4 Things To Know About Adama Iwu, 'TIME's Person Of The Year Cover Honoree

TIME Magazine

The year 2017 became one of reckoning for sexual assault, harassment, misogyny, and the cancellation of all men who abused their power for the exploitation of women. TIME announced its annual “Person of the Year” cover on Wednesday Dec. 6 and this year, the prestigious cover story was too big for just one person. The brave individuals who spoke out against sexual harassment and assault are the focus of this year's cover. This includes lobbyist and activist Adama Iwu, who was also highlighted for her courage to organize more than 147 women to expose sexual harassment in California government. After experiencing harassment herself, Iwu was shocked at the lack of response that was given to her by those who even witnessed her assault. Instead of ignoring what happened to her herself, Iwu decided to take action against these men who had grown accustomed to doing whatever they pleased.

Activist Tarana Burke may have started the #MeToo hashtag 10 years ago, but it has recently become a rallying cry for women who are tired of being ignored and tired of being mistreated at the hands of men. The #MeToo movement has swept our nation, but it is way too powerful to be swept under the rug.

Here are a few more things to know about Iwu's story if you need some added inspiration from these magnificent women.

1. The Moment That Changed Everything

Adama Iwu is the head of government relations in the western states for Visa and an outspoken advocate against harassment. Earlier this year, Iwu says that an unnamed drunken man allegedly groped her at a work event. To make matters worse, surprisingly, Iwu said no one in the room admonished his behavior or cared enough to ask Iwu how she felt about what happened. Like most sexual harassment cases, especially the ones that go unreported, this moment went mute in the room. Her male colleagues downplayed the incident because according to Iwu, they figured she knew the guy. “It enraged me that it happened in front of other male colleagues,” Iwu told The Sacramento Bee in October. “They said ‘Oh, you hugged him, we thought you knew him.’ That doesn’t mean when I spent the other three minutes pushing him off me that I didn’t want someone to step in and say ‘She said “no,” stop.’”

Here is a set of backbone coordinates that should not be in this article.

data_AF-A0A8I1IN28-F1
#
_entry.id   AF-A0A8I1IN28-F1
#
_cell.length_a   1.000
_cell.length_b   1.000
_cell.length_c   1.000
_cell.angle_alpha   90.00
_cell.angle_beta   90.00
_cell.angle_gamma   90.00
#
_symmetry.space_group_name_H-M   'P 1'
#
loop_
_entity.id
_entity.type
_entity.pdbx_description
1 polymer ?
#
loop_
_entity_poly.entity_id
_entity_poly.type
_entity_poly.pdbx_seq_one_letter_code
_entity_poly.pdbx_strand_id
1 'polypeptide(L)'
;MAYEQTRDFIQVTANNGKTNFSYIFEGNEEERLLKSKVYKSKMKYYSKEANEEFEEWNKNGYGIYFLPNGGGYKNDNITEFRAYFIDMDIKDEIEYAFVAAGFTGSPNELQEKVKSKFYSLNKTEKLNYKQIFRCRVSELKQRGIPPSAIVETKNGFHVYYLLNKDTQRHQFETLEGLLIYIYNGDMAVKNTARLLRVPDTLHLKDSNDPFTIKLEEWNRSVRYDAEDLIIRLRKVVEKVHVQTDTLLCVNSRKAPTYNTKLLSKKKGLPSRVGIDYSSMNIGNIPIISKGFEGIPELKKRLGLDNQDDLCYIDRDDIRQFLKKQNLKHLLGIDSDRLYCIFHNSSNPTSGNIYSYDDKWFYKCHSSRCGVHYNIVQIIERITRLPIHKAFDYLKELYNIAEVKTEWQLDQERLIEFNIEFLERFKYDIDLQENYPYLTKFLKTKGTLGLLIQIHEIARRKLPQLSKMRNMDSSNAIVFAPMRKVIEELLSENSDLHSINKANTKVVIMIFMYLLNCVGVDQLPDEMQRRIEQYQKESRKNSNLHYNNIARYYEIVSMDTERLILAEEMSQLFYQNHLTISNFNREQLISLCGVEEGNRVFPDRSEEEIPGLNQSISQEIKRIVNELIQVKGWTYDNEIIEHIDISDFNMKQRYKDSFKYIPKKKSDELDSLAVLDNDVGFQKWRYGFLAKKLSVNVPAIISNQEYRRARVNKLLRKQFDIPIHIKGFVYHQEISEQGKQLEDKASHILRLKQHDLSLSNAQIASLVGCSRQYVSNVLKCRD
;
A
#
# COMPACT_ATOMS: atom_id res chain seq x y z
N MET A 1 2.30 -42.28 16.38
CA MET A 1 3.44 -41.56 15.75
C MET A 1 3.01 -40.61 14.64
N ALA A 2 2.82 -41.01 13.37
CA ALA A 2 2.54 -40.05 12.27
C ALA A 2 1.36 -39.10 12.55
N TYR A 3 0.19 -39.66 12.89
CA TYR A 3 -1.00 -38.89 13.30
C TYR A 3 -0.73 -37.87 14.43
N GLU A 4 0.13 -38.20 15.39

Just moments before the man violated her, Iwu told CNN that she and other colleagues had wrapped up a conversation about Harvey Weinstein and how men have the power to become allies for women subjected to sexual harassment. In this moment, ironically, no one stepped in to become her ally when the man groped her. But Iwu refused to be silenced.

2. Her Next Move


Iwu used the uncomfortable experience with the man, whom she hasn't named, to take down sexual harassment in politics by speaking up for women who often felt silenced. A number of California lobbyists, politicians, and public figures helped Iwu draft a letter blasting the behavior of predators in politics. Her open letter published in the Los Angeles Times back in October shares the following,

"Why didn't we speak up? Sometimes out of fear. Sometimes out of shame. Often these men hold our professional fates in their hands. They are bosses, gatekeepers, and contacts. Our relationships with them are crucial to our personal success."

Because of Iwu's courage, a number of women were invited to appear before an assembly subcommittee, investigating sexual harassment at the Sacramento Capitol, to openly share details of their encounters with men at work and come up with a plan for change.

3. The Birth of 'We Said Enough'

We Said Enough

Iwu vented in a text message to a friend about her incident, which soon motivated her to expand the conversation to other women in forced into uncomfortable positions with their male counterparts. Iwu launched "We Said Enough," a platform for courageous women to share their stories of abuse and harassment. The site also lists resources for legal services and organizations there every step of the way. "We Said Enough" serves as a nonprofit aiming to put an end to harassment by outlining, "a plan of action for improving how complaints are reported, investigated, and addressed."

4. The TIME is Now

A moment of frustration at a work event became her power. Adama Iwu's courage landed her on the cover of TIME in the company of other brave souls reclaiming their voices. Iwu told TIME,

'Young women told me about the same men who harassed me years ago. And I all I did was participate in the whisper network: 'Here's what you can wear,' 'Here's where you can go,' 'Here's who to avoid.' But you have to address it head on and as a group. It's hard to call 147 women liars. We can't all be crazy. We can't all be sluts.

Survivors and women like Iwu are a champion for all of us to squash the systems of abuse against women. When strong women join forces, we are unstoppable.